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Using technology to create a brotherhood: Melinda Gates on connecting the world

Sanjana Ray
18th Jan 2017
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Melinda Gates may be one of the most successful businesswomen in the world. Considering her hold on Microsoft along with husband Bill Gates, it is only natural that she extends her wisdom on entrepreneurship and business to impressionable students. However, her speech that she proudly gave to the graduating class of 2013 of Duke University, also her alma mater, she chose to speak about something entirely different – using technology to perpetrate ethical communication.

Image credits: www.wikimediacommons.com

Image credits: www.wikimediacommons.com

The Bill & Melinda Gates Foundation has helped implement measures and provide funding to the underprivileged across the world. Bill and Melinda have travelled to the underdeveloped and developing countries to understand their everyday habits and overlooked requirements. In the midst of their itinerated travel, they realised the one thing people across the world – regardless of social background – had in common was technology.

Melinda, delighted to be back on campus, spoke about how this technology could be used to build connections that could, ideally, change the world. To her, it was a step towards fulfilling Martin Luther King’s dream of finally shaping this world into a brotherhood or sisterhood that it had so far fallen short of.

“I want to encourage you to reject the cynics who say technology is flattening your experience of the world…technology is just a tool. It's a powerful tool, but it's just a tool,” she said, while expressly stating that as a consequence of the ongoing communications revolution, the world can really be turned into the ‘neighbourhood’ that King and other world visionaries has so desired.

Here are the highlights of that speech:

Make the world your brotherhood

“I believe we are finally creating the scientific and technological tools to turn the world into a neighbourhood. And that gives you an amazing ethical opportunity no one has ever had before.”

Melinda believes that King’s proposition of a world as a neighbourhood without “ethical commitments” was slightly premature. To her, King’s proposition came at a time when Americans were only just beginning to travel to ‘third world’ countries. But today, with technology making the world a smaller place, theoretically speaking it is possible for individuals to connect – ethically and otherwise – with people across different cultures, religions, and society and learn from one another. This is the first step to creating an all-encompassing brotherhood which contains the nascent ingredients for real progress and development.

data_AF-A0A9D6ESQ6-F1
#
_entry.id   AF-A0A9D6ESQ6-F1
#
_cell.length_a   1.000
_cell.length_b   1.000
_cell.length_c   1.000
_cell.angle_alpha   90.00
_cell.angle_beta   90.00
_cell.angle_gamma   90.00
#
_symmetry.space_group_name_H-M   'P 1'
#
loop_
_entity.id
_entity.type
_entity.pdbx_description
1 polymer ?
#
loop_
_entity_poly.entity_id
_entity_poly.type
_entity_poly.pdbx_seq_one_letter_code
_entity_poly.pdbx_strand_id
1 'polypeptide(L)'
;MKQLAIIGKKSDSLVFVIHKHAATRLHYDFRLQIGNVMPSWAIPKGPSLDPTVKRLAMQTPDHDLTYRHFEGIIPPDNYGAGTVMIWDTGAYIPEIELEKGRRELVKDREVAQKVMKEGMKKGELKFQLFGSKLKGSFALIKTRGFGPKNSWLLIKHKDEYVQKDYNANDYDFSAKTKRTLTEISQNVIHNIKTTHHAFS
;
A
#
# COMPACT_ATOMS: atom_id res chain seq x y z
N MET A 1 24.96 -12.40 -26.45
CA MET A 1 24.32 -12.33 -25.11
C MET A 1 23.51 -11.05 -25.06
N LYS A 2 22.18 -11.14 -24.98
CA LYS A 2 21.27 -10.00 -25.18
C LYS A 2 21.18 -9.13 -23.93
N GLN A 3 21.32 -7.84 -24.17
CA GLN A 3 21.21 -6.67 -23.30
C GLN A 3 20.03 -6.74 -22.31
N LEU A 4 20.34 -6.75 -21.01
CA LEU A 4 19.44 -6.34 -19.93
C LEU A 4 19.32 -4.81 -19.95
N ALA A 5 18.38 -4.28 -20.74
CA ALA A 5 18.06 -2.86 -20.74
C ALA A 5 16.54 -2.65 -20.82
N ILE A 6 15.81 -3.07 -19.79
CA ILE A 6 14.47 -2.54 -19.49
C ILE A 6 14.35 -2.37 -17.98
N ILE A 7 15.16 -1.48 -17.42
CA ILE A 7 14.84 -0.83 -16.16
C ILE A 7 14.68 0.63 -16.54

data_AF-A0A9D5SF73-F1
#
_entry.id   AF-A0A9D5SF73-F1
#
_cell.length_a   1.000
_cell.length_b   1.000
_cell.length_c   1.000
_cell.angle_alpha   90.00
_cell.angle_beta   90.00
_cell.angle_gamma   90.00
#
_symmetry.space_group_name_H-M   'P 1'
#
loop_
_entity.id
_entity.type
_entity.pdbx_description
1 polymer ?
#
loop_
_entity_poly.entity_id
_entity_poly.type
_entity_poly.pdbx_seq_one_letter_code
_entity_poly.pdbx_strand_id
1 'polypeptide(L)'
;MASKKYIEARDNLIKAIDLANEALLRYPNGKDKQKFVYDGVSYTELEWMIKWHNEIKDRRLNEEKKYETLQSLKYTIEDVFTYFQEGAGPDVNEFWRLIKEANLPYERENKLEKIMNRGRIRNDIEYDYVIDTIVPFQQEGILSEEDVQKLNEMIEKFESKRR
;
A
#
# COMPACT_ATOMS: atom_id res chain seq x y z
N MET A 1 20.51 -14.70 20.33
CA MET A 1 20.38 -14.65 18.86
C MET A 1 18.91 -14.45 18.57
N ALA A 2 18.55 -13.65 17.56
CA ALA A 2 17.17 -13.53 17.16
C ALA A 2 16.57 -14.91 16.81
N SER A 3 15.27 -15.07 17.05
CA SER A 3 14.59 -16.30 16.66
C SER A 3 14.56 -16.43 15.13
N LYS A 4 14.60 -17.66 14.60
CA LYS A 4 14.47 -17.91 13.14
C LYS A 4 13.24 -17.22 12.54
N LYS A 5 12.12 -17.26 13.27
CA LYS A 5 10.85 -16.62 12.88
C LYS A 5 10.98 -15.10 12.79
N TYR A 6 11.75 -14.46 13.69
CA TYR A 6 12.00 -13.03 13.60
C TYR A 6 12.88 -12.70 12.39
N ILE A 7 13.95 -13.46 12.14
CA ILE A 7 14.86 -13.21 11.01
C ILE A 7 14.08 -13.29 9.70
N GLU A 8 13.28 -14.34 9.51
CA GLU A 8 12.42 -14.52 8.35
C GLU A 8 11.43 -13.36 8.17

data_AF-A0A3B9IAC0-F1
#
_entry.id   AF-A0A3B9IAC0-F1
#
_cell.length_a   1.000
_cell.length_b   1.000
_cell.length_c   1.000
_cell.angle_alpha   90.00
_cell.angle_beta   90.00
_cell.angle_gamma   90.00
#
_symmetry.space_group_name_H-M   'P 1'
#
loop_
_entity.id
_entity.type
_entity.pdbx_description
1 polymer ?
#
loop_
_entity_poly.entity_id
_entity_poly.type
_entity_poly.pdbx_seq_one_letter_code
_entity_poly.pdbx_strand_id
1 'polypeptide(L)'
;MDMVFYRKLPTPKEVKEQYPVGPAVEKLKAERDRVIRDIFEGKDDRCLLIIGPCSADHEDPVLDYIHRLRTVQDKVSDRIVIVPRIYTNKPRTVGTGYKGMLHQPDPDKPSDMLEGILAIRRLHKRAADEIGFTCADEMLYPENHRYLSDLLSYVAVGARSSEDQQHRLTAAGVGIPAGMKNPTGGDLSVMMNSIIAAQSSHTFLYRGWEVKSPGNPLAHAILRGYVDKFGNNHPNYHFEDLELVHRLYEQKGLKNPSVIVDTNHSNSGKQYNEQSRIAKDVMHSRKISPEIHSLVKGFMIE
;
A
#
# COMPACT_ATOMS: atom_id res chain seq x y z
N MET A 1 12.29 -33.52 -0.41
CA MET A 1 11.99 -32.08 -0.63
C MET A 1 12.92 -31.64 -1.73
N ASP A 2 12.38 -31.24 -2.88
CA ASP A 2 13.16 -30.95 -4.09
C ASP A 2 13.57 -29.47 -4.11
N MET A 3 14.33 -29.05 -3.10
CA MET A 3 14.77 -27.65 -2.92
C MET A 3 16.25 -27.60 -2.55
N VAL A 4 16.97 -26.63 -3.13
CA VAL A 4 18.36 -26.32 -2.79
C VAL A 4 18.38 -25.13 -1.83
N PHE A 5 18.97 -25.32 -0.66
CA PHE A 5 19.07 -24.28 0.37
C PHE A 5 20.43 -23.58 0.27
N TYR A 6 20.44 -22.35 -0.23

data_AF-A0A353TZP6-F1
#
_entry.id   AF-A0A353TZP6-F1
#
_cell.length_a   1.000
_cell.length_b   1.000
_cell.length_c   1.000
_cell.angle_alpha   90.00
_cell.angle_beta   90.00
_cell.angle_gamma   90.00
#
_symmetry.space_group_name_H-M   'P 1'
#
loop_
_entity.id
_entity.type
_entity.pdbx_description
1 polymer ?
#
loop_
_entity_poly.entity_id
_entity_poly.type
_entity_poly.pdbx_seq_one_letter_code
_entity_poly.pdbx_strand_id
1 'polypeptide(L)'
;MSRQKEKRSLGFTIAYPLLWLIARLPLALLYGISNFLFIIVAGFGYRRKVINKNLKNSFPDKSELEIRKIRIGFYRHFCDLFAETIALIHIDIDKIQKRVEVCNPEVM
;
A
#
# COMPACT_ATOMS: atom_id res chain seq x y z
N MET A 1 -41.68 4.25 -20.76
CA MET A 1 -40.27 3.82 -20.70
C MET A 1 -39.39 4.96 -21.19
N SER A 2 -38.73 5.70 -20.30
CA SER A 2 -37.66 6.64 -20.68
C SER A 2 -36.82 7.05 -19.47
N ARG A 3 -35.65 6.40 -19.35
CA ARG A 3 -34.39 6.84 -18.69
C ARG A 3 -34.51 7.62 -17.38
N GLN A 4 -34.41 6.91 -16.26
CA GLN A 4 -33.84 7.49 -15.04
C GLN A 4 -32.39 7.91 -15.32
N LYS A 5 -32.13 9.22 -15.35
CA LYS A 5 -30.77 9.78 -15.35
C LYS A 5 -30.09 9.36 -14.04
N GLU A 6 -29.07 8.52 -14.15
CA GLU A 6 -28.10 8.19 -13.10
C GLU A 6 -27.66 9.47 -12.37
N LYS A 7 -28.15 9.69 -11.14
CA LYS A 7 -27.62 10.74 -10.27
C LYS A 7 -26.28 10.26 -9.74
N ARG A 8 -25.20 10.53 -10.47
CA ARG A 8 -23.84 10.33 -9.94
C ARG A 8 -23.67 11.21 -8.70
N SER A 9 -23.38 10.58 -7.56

Equal partnership with the community

“The universe is like computer code in that way. Binary. There is life, and there is everything else.”

Difficult as it may be to view people with contrasting experiences as human beings with the same wants and needs as your own, it is important to view them as equals in the sense of a community. Melinda cited the example of Dr Paul Farmer, a doctor and global health innovator. She visited his clinic in Haiti and was amazed at the personal touches he incorporated, like building a personal garden with a canopy of flowering vines to familiarise the patients as well as offer them shade on a hot summer’s day. He also knew the entire village by first and last name and treated each with the same respect when he introduced them to Melinda. She also visited another clinic, where the traditional doctor-patient relationship prevailed – the doctors simply provided their patients with the necessary prognosis and treatment. This was a stark contrast to Farmer’s clinic. Ethical commitment and true communication comes with treating every individual equally, disregarding the many layers that society clads on them.

Using technology to make the world smaller

“I want you to connect because I believe it will inspire you to do something, to make a difference in the world.”

People don’t realize the potential of technology when it comes to connecting the world. Today, there are more than 700 million cell-phone subscribers in Africa. Even in Kibera, the largest slum in Africa that Melinda had visited, almost all of the younger generation, like their counterparts across the world, were equipped with smartphones. Melinda thus stressed on the importance of connecting with these people and more across the world. Through technology, individuals hailing from widely different social and cultural backgrounds can learn from each other, be it language, religion or even the right recipes. Technology is making the world smaller and offering the chance for individuals to help one another. So it’s time to use it the right way.

The communications revolution will transform the world

“As a result of the ongoing communications revolution, your world really can be a neighbourhood.”

Speaking about the vast developments that have abounded during one generation, Melinda speaks about how today’s ‘Generation C’, due to its affinity with technology and digital communication, can really transform the world into the ‘neighbourhood’ Martin Luther King so desired. To Melinda, the cynics who claim that technology is detaching and limiting individuals from reality are wrong.

As a concluding remark to the graduating batch, she expressed her faith in them and all of humanity to create a brotherhood and sisterhood in the way it was meant to. To this end, she said, “I hope you will use to the tool of technology to do what you already had it in your heart to do...To connect...To make of this world a brotherhood...and a sisterhood. I can't wait to see what it looks like when you do.”

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